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'Godzilla' delivers the monster mayhem

Godzilla (2014)

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'Godzilla,' director Gareth Edwards' update on the famous Nuclear-Age monster finally brings to the big screen a style and vision that will please U.S. audiences.

Bryan Cranston, Elizabeth Olsen, Aaron Taylor-Johnson (L-R)
Bryan Cranston, Elizabeth Olsen, Aaron Taylor-Johnson (L-R)
Photo by Dave J Hogan/Getty Images

While the notion of enormous monsters is inherently silly, this latest incarnation of the famous Japanese creature is presented with such visual artistry and expertise that it simply out-paces your sense of disbelief.

The 2014 'Godzilla' adopts a unique take on the mythology that 'Gojira' (or 'Godzilla' to American audiences) was a byproduct of nuclear testing. Instead, Edwards' film finds the creature to be a long-dormant species who through our nuclear hubris may have been awakened.

There are a few political overtones about the perils of nuclear power, just as the original 1954 film postulated sixty years ago.

Where the 2014 'Godzilla' really shines is in the artistry and technology used to bring this story to life.

Gareth Edwards hasn't just relied on technological advances in special effects. His directing style is filled with some visual flourishes and a dark, catastrophic tone, that makes this the 'Godzilla' movie that fans have been waiting for.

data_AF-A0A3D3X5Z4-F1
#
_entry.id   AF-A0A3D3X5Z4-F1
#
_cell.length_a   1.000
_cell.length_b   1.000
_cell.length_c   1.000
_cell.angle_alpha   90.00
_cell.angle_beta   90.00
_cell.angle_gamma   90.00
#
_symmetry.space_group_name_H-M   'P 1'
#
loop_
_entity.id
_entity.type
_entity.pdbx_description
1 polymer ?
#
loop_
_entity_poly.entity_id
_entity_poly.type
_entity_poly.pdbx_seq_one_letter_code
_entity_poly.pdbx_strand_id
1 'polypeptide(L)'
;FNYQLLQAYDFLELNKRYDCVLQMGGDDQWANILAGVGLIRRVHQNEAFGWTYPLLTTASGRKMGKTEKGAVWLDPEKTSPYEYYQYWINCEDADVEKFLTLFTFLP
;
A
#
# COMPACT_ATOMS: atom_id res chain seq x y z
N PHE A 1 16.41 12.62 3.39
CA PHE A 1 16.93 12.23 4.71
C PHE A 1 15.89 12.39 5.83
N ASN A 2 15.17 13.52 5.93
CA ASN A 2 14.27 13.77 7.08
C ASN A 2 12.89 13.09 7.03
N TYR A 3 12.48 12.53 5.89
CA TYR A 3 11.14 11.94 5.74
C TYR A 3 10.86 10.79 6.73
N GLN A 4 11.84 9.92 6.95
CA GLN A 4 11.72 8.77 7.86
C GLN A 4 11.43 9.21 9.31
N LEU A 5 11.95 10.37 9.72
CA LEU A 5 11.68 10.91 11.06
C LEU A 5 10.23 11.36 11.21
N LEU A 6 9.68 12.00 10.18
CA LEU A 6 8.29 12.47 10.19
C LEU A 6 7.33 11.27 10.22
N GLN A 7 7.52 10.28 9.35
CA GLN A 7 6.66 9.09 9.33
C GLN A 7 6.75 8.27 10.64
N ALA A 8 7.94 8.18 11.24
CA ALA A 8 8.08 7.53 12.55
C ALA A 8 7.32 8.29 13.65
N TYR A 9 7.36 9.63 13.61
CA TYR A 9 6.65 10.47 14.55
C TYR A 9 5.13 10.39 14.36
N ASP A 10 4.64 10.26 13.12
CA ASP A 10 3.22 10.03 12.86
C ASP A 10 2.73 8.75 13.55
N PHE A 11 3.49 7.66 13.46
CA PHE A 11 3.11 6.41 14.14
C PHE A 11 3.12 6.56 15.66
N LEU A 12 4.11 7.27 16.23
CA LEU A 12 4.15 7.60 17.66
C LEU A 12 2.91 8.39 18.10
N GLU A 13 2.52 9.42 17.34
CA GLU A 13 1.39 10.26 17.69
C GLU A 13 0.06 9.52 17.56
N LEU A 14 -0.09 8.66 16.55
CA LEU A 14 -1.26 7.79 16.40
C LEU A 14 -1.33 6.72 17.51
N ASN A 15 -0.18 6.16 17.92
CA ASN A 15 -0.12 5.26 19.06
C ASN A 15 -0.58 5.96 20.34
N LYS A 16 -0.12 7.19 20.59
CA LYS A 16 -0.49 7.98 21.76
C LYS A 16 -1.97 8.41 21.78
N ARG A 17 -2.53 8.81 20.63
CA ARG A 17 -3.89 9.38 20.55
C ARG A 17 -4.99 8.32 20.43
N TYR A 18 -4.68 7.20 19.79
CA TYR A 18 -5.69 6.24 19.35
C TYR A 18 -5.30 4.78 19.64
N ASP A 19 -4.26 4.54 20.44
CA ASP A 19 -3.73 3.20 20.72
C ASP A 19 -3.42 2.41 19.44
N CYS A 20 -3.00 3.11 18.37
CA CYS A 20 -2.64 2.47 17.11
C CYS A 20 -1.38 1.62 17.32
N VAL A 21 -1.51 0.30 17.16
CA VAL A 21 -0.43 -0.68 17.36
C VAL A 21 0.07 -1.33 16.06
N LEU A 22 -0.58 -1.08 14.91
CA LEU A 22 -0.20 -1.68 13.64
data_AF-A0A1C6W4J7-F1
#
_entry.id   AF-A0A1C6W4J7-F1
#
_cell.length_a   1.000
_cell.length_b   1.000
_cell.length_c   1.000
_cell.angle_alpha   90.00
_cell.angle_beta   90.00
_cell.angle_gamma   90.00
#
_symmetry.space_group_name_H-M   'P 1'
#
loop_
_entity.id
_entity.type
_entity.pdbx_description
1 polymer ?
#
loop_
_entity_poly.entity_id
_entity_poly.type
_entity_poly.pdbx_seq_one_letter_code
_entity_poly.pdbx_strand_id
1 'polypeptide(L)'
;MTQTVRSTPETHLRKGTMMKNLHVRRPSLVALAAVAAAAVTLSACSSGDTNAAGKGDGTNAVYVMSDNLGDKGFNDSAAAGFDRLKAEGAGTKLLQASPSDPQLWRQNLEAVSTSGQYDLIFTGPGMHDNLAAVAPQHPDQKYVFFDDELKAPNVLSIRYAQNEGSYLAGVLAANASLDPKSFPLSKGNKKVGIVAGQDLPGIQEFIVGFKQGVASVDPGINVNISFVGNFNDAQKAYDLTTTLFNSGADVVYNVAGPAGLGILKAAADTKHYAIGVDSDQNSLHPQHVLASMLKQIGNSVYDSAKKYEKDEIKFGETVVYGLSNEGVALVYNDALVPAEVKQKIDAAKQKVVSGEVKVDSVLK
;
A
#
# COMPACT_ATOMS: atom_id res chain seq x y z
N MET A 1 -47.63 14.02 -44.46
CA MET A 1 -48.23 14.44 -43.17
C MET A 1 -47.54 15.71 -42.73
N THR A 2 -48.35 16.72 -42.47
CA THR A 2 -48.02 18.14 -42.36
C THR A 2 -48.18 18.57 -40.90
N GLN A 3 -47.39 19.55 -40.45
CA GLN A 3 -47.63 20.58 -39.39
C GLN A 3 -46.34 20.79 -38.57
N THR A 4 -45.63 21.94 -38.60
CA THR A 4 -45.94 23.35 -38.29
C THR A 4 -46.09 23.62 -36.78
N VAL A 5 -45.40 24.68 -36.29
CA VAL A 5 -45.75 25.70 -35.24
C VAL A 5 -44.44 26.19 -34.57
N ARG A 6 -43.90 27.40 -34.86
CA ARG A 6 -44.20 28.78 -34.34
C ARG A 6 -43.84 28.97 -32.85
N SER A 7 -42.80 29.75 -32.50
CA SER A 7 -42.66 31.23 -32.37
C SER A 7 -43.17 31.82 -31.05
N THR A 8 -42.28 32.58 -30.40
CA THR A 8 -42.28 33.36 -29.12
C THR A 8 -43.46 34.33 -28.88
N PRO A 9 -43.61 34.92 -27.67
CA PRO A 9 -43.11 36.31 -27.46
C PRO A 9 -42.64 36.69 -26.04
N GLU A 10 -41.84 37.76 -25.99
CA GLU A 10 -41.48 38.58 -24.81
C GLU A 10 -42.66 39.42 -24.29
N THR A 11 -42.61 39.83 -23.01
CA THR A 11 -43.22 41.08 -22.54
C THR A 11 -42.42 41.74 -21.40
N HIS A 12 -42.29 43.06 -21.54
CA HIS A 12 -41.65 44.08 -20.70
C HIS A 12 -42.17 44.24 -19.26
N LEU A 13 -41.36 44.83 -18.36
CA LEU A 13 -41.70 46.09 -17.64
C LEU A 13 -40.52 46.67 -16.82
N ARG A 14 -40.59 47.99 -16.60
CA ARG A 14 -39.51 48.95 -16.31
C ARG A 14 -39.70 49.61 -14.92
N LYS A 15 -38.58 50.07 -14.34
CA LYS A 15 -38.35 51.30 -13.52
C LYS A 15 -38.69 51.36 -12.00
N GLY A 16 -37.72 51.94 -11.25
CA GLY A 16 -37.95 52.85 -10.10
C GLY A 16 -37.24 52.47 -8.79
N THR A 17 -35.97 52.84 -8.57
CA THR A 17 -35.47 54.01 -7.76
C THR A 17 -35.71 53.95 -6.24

While last summer's monster mayhem was ably filled with the exciting 'Pacific Rim' this year belongs to 'Godzilla.' The scope of Edwards' movie is epic and yet delivers a sense of realism that keeps your attention once our story gets moving.

The cast, which includes: Bryan Cranston, Aaron Taylor-Johnson, and Elizabeth Olsen don't do anything to derail the momentum of the film. But, we're not expecting an actor's Oscars-race to begin with Flixnerds. This is a Monster Movie!

Other than a sly wink to Steven Spielberg's shark hunting "Chief Brody" from 'Jaws,' Edwards doesn't spend a lot of time on unnecessary character development. The sub-plots are well constructed but smartly kept to the sidelines.

The fairly simple story involves a Fukushima-type accident which claims the life of scientist Joe Brody's wife among its victims. Bryan Cranston (Breaking Bad) is a little over-the-top hysterical about "what really happened" to cause the accident.

The Japanese nuclear facility had harbored beneath it a prehistoric life form which had been feeding off of the plant's radioactivity. After the accident, the mysterious Monarch organization secures the intruding monster and keeps it captive. It gets loose. Did I mention that this is a monster movie?

There are several city-destroying action sequences in 'Godzilla.' Edwards film, much as he did with 'Monsters', does a nice job of building suspense in between and during these scenes for maximum effect on the audience.

I would place 'Godzilla' in a bad-ass triple bill with 'Cloverfield' and 'Pacific Rim' for a weekend Monster-Thon if you're a fan of this genre. The three best of the giant monster sub-genre of films in the last twenty years. My apologies to fans of the South Korean film 'The Host.'

I saw 'Godzilla' in 3D, and it is definitely worth the slight increase in ticket price for this movie. Not as much enthusiastic fun as 'Pacific Rim' for my money, but an incredibly impressive feat visually makes 'Godzilla' a winner.